I wanted to spend a blog post talking about tile. Why tile? Because it is ubiquitous in every bathroom, in every home. But more importantly, because it is a glorious design touch that can send your space into the upper echelon of style and luxury, if selected properly.
Or at least, that’s what we should be shooting for when making our tile choices.
The right tile can add character, warmth and that all-important texture that interior designers often speak about. It can operate as a wow factor and/or help unify your bathroom space.
Does it sound like I’m overselling the importance of tile in your bathroom design? All I can say is trust me on this one. I’ve been in a LOT of bathrooms as an interior designer. And tile choice often is what determines whether a bathroom design will sink or swim.
Now, here’s another thing I want to stress: There’s actually quite a bit that goes into these choices. From color to pattern, size, material, and more. It’s not just a matter of walking into a tile store and pointing to something and saying “I like that.”
So when selecting tile, it definitely benefits you to have an interior designer involved in the process.
Your designer will be able to guide you through these different considerations while keeping cost and the overall “look” in mind.
Below, I will run through some of these factors, and will include some tips I often give clients when helping them with the selection process.
Note that I am focusing on the bathroom, because it is a room where tile most often takes on a starring role. But really, these tips can apply to your choices in other rooms as well. And that’s true whether you are building a new home or remodeling an existing space.
So let’s get started.
Our bathroom spaces are tile havens, partly out of necessity. You’ve got a sink, a shower, a tub and a toilet, all filled with water. So it only makes sense to have multiple surfaces within the bathroom that are water-proof.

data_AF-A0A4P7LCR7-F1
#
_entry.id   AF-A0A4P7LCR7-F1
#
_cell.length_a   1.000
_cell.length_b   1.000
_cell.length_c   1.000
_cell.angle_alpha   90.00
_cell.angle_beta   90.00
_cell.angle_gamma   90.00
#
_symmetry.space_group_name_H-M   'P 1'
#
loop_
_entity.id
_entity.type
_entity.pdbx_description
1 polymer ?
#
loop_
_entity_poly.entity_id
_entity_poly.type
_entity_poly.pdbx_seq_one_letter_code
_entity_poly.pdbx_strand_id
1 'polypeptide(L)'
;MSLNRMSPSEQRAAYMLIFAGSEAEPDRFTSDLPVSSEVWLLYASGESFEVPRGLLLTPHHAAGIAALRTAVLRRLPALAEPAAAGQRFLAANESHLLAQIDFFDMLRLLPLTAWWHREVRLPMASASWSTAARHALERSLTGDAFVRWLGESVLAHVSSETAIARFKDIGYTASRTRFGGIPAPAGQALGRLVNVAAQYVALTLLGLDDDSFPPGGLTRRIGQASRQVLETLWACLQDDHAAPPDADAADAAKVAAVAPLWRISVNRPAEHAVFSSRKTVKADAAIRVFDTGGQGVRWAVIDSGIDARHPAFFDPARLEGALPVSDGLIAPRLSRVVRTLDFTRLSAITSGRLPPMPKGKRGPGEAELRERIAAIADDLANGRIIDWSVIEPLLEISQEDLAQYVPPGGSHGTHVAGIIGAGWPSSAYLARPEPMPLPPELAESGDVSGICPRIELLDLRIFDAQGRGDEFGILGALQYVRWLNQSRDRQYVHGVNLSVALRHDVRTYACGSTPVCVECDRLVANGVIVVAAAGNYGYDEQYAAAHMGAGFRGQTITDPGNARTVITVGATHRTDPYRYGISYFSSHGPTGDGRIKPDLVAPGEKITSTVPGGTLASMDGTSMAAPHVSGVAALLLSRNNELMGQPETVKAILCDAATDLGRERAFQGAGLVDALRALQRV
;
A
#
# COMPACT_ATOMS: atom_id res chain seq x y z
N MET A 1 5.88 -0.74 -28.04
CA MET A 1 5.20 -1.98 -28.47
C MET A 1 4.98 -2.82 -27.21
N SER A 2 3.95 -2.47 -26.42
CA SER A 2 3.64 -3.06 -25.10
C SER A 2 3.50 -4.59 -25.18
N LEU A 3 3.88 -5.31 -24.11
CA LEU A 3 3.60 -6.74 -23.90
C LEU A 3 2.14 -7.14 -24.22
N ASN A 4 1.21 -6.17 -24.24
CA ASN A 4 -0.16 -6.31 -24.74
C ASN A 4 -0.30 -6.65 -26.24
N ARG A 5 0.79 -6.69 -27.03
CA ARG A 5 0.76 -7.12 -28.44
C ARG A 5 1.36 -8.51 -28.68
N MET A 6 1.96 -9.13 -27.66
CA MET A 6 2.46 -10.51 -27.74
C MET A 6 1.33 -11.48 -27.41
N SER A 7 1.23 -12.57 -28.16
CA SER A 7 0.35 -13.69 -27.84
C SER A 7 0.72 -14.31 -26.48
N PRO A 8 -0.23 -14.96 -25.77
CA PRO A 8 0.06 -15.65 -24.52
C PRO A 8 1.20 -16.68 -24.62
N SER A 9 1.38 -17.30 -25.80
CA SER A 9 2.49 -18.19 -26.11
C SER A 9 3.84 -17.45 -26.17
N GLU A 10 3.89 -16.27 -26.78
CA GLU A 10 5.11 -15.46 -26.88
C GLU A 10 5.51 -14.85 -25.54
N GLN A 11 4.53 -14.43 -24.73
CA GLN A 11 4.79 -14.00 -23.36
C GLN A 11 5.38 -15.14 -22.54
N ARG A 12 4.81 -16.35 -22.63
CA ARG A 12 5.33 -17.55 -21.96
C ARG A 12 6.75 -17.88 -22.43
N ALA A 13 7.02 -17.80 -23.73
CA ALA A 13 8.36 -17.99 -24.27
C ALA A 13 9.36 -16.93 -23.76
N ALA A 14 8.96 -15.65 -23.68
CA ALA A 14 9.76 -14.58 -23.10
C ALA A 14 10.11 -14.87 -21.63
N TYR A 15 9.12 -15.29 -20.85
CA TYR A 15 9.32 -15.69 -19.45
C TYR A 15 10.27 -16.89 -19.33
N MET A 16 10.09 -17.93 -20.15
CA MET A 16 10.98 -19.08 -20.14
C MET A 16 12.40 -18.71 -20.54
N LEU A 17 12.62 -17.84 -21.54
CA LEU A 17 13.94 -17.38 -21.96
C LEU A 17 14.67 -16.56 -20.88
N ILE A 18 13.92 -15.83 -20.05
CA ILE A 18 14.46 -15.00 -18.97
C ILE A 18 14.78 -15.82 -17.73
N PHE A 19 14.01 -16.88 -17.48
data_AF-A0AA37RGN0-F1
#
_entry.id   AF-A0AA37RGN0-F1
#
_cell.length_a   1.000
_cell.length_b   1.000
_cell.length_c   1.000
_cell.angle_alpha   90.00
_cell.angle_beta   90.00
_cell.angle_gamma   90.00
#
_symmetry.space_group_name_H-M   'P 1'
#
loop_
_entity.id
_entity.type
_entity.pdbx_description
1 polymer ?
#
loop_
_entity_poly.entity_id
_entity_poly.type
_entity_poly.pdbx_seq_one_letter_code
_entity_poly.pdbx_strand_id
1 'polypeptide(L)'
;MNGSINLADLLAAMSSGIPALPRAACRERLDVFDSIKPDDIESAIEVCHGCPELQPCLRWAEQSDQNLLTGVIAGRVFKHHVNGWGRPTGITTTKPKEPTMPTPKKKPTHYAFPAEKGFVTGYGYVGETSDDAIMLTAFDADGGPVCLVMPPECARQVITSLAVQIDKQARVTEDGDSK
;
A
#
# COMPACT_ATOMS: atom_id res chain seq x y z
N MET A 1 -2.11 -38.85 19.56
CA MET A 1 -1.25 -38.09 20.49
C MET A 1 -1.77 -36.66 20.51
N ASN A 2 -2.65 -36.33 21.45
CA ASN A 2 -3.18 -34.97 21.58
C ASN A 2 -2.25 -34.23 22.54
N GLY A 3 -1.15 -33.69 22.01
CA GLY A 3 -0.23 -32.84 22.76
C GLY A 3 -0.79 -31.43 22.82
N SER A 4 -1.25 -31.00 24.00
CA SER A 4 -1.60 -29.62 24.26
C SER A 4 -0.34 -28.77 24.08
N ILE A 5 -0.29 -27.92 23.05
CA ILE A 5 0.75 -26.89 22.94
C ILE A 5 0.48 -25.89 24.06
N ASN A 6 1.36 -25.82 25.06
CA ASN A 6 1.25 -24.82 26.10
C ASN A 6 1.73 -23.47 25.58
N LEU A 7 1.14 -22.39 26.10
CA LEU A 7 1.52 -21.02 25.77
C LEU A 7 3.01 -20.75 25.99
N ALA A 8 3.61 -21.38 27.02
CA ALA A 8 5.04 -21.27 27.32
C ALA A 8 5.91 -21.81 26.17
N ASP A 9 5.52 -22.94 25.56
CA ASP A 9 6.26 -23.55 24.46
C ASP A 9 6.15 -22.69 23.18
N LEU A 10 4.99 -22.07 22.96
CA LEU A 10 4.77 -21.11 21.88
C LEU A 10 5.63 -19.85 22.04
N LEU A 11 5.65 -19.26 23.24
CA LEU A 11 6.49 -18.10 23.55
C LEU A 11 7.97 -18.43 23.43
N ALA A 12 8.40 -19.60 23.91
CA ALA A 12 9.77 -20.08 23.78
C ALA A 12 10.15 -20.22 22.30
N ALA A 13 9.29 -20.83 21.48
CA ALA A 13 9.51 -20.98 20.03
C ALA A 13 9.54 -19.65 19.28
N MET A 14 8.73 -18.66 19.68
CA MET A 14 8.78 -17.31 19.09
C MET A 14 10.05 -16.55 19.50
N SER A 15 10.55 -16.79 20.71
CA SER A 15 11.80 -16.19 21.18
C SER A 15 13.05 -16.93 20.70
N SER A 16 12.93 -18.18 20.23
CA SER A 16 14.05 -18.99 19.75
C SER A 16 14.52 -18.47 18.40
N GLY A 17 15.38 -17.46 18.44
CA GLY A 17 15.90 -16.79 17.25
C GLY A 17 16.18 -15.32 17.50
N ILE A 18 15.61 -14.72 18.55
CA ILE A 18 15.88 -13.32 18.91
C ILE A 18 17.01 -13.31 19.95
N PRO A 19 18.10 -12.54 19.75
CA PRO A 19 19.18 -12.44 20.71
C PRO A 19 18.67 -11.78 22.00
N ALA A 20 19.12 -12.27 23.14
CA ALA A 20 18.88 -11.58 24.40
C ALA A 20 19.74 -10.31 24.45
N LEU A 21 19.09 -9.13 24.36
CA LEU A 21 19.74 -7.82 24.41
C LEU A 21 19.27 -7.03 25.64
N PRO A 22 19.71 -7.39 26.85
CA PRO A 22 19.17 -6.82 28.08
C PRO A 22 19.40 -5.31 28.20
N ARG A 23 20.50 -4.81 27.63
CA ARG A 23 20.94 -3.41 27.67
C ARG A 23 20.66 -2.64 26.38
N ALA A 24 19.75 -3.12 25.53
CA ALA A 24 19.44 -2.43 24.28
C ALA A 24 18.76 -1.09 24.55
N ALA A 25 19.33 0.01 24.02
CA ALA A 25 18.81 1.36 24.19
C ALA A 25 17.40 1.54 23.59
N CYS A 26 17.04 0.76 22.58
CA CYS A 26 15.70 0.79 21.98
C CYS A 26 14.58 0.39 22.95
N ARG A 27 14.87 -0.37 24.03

A porcelain tile that has been properly sealed has a water absorption rate of less than 0.5 percent — so it’s a smart choice for this area of your home. (And there are other types too, which I will run through in more detail below.)
So, that’s a long winded way of getting to my point, which is that people will often have tile in multiple spots within their bathroom, for a very practical purpose. It might be inside the shower, on the floor, along the wall, behind the sink, etc.
BUT, at the end of the day, you also want it to look good. So here’s a tip: I generally advise my clients to stick to no more than three different tile looks, even if they have it in more than three areas of their bathroom.
So maybe you go with one tile in three different patterns or sizes. Or perhaps you pick one tile that is a scene stealer, and use that for the floor or wall tile, then pick a different and more subtle option for any additional surfaces, along with a smaller accent tile.
The general idea is you don’t want to overwhelm the eye with too many different looks. Again, three “looks” is the max. Maybe fewer, depending upon your tile choices.
TILE TYPE MAKES A DIFFERENCE
As I mentioned earlier, you have several options when choosing the type of tile for your bathroom.
Porcelain tile is certainly the safest and most versatile option. And because they are so popular due to their durabilty, manufacturers have given customers a lot of looks to choose from in this material. They can be more expensive though, so if you are looking to save a little, you might want to consider ceramic tile.